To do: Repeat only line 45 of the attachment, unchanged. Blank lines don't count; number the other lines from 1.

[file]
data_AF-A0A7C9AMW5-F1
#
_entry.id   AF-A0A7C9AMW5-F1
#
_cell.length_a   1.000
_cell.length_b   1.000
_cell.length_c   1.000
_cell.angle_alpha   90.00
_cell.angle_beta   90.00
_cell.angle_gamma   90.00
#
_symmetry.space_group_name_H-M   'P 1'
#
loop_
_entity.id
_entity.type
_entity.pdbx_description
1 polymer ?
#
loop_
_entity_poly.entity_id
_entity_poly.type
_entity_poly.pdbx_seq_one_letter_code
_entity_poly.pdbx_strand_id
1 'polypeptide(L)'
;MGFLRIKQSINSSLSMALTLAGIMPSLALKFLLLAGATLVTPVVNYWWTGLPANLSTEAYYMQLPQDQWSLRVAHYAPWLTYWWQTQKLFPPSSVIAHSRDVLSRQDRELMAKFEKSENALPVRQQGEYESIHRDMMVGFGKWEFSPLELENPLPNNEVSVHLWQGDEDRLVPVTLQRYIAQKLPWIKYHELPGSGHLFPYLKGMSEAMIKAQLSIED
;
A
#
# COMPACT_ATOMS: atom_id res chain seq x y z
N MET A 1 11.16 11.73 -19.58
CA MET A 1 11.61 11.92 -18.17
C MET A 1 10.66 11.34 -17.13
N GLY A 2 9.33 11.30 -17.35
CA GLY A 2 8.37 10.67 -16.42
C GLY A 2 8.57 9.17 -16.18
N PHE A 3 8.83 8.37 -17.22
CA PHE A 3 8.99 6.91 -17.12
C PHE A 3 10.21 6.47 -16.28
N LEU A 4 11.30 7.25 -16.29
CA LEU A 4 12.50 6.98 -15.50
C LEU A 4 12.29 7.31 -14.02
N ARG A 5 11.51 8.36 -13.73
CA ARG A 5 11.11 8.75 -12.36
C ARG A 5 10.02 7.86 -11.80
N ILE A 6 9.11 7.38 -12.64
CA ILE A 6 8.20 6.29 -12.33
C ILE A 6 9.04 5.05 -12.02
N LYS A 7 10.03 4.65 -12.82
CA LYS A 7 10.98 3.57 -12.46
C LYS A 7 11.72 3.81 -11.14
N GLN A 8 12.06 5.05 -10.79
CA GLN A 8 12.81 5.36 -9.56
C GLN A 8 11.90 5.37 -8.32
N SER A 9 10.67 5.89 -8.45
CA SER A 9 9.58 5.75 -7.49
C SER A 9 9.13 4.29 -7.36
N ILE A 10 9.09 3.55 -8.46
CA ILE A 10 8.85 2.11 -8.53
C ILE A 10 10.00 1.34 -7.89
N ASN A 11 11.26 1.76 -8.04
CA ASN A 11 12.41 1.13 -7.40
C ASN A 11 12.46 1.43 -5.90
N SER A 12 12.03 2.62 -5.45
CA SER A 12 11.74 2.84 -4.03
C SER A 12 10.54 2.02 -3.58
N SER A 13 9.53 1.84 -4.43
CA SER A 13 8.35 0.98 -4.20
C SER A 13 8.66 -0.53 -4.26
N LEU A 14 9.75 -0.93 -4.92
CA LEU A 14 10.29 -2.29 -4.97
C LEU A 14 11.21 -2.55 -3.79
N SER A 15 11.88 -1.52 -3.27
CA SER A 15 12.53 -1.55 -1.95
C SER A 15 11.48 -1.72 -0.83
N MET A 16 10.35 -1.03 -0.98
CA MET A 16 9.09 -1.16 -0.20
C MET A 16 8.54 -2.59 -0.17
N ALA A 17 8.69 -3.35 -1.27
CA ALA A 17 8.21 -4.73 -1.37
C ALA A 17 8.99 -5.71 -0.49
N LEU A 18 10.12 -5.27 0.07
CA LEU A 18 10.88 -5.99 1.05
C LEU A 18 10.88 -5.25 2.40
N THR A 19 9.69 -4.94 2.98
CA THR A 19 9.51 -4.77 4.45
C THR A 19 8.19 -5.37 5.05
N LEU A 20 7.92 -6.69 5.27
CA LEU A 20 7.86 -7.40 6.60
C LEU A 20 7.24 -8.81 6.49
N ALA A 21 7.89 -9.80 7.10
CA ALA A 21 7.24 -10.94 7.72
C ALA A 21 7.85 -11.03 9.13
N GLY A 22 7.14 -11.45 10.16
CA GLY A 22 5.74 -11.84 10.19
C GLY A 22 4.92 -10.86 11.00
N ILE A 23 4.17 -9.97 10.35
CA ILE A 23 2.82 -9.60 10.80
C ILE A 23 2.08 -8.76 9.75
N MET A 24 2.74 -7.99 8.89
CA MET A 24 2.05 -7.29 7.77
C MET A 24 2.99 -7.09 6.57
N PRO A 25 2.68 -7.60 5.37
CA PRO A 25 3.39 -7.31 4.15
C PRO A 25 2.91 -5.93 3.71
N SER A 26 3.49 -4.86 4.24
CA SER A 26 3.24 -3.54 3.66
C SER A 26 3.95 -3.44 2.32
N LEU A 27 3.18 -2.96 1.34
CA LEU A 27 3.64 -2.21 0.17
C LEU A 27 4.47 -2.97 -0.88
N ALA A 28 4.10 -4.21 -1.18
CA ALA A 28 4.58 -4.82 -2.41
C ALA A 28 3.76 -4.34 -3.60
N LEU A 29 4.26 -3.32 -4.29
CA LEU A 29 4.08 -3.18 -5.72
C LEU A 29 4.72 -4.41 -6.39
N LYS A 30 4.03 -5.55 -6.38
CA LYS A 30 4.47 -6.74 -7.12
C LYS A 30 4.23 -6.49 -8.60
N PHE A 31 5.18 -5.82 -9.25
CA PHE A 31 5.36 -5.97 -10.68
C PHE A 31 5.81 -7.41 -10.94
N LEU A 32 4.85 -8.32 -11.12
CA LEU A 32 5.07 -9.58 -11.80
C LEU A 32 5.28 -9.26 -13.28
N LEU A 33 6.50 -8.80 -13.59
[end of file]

C ARG A 5 10.02 7.86 -11.80